Knee Knackering North Shore Trail Run: Race Report | Logan Rouleau
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Knee Knackering North Shore Trail Run: Race Report

July 15, 2018

Yesterday I completed my first ultramarathon: the Knee Knackering North Shore Trail Run. This is a 48k trail race following the entirety of the Baden Powell Trail through West and North Vancouver.

Since this was my first ultra I meticulously prepared a race day plan, studied every twist and turn of the course, and even solicited the help of my Mom and girlfriend to cheer me on at a few aid stations. The race breaks down into 4 segments of roughly equal distance connected by major aid stations, so I’ll structure this post in the same way.

Leg 1 - 12.0 km, plan: 1:30 - 1:45

This leg has nearly half of the elevation gain of the entire race. The climb up Black Mountain is relentless, and I found it difficult to know how hard to push since the leg is so unique compared to those following it. The climbing begins immediately after the start, and I settled in for the long haul along with 250 others. About 10 minutes into the race I felt a sudden sharp needle-like pain below my right calf, which I initially though was a thorn or bramble but judging from all the swelling today is an insect bite of some sort. How it managed to bite me as I was running by is a bit mysterious. After smacking my leg a bit the pain dulled and was quickly forgotten.

The rest of the leg was more or less uneventful. I had people to run with, and although I was ahead of pace I was feeling strong.

Actual leg time: 1:28:27

Leg 2 - 11.8 km, plan: 1:05 - 1:15

After stopping for a few minutes at the aid station to refill my water and eat a bit, I was on my way. This leg begins with about 20 minutes of climbing and then is straight downhill all the way to the next aid station. Although I had run this section before and written it off as dead easy, on race day the terrain seemed technical and fast running felt tricky.

About halfway through the leg, I tripped over a root and nearly flew face first into the rocky trail. Luckily I managed to stay on my feet, but it gave me quite a scare as well as an adrenaline rush, prompting me to walk for a minute to calm myself down.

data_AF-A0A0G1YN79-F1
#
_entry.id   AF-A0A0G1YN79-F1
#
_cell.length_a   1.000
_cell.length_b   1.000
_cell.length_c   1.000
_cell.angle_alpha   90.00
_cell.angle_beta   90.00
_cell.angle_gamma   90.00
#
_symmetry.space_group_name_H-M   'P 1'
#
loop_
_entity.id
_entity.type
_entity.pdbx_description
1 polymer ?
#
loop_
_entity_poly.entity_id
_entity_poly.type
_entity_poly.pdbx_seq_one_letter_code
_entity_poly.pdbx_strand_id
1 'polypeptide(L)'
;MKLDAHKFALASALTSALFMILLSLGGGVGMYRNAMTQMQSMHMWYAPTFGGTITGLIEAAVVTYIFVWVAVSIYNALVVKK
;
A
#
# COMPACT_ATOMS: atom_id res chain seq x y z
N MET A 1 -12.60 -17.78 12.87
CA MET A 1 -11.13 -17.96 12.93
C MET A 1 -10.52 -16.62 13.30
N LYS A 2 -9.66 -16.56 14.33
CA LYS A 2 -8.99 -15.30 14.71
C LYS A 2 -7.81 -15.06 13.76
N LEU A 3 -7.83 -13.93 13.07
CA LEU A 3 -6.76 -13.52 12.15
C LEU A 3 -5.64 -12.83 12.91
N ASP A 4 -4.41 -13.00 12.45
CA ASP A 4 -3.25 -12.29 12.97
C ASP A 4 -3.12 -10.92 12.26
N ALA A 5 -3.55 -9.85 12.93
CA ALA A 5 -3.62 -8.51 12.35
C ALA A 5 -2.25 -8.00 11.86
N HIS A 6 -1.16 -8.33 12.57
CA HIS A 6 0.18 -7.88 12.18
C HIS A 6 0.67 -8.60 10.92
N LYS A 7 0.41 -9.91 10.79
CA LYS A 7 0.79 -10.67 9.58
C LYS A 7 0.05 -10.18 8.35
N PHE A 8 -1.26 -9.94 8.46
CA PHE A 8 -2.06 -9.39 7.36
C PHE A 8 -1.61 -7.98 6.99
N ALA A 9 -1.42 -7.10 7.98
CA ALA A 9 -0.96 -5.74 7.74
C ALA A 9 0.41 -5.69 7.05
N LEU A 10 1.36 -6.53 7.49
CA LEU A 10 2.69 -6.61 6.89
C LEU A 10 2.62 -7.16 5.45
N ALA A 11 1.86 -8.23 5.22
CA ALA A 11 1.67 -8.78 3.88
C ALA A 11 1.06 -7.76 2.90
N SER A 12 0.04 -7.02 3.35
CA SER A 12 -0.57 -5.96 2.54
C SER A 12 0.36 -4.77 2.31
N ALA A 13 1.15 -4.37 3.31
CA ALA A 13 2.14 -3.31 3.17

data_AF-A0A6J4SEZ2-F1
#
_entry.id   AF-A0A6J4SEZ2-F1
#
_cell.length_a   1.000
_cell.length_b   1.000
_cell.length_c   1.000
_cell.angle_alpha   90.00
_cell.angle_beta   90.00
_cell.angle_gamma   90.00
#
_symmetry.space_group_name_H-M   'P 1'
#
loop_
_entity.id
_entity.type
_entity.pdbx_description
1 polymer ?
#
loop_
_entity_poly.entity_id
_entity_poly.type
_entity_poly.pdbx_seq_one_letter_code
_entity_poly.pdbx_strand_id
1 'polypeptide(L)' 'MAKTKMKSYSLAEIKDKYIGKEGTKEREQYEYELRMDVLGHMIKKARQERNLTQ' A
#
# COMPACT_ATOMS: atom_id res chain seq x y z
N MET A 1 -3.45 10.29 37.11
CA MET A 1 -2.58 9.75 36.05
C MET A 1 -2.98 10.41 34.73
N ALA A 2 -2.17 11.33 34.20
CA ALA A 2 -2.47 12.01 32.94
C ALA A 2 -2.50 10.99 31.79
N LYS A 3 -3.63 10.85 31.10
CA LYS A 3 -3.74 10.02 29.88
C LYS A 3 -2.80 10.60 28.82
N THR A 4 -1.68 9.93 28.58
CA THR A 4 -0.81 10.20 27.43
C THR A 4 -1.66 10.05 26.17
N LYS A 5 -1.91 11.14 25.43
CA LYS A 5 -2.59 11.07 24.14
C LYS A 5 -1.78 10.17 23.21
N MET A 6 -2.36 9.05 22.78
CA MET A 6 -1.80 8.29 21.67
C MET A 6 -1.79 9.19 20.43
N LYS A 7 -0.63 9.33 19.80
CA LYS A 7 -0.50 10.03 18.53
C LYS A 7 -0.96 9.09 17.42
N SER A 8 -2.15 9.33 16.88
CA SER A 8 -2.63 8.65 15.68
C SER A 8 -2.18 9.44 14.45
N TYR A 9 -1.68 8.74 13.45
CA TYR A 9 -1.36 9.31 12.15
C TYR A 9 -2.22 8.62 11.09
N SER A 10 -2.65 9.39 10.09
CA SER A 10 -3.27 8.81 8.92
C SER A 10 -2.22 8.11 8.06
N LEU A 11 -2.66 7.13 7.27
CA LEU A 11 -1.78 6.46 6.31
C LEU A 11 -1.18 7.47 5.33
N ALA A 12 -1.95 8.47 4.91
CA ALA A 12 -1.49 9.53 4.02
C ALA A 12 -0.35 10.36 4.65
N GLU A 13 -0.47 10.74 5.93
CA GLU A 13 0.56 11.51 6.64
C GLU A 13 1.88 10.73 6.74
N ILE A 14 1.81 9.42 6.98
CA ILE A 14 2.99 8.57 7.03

Descending down to Brothers Creek bridge I slid across a flat rock and hurt the inside of my right quad. It felt like a pulled muscle, and after 2 or 3 minutes of stretching and slow walking I was barely able to put weight on it again and carry on. I wasn’t sure how long I would last or if I had actually injured myself, but I seemed capable of making it to the halfway point so I thought I’d go from there.

Actual leg time: 1:15:34

Leg 3 - 11.9 km, plan: 1:30 - 1:45

I felt somewhat refreshed after the long downhill, but the steep descent and all the climbing from early in the morning had definitely taken its toll. The sun was also starting to feel quite hot, even though it was not even 9:00 am. I used the bathroom at Cleveland dam, refilled my water and ate some pretzels.

Leaving the aid station I followed one of the lead women up the only paved section on the entire course to the Grouse Grind trailhead. After passing the Grouse Grind and BCMC entrances, the trail continues climbing before levelling off and beginning to dip back down to Mosquito Creek. I was feeling rough through this stretch but was still moving well.

I lost track of distance and was a little bit surprised when I found myself at Lynn Headwaters a few short kilometers later. I had forgotten how close Lynn Headwaters was to the Mountain Highway crossing. Knowing I was now very close to the final major aid station, I picked it up a little.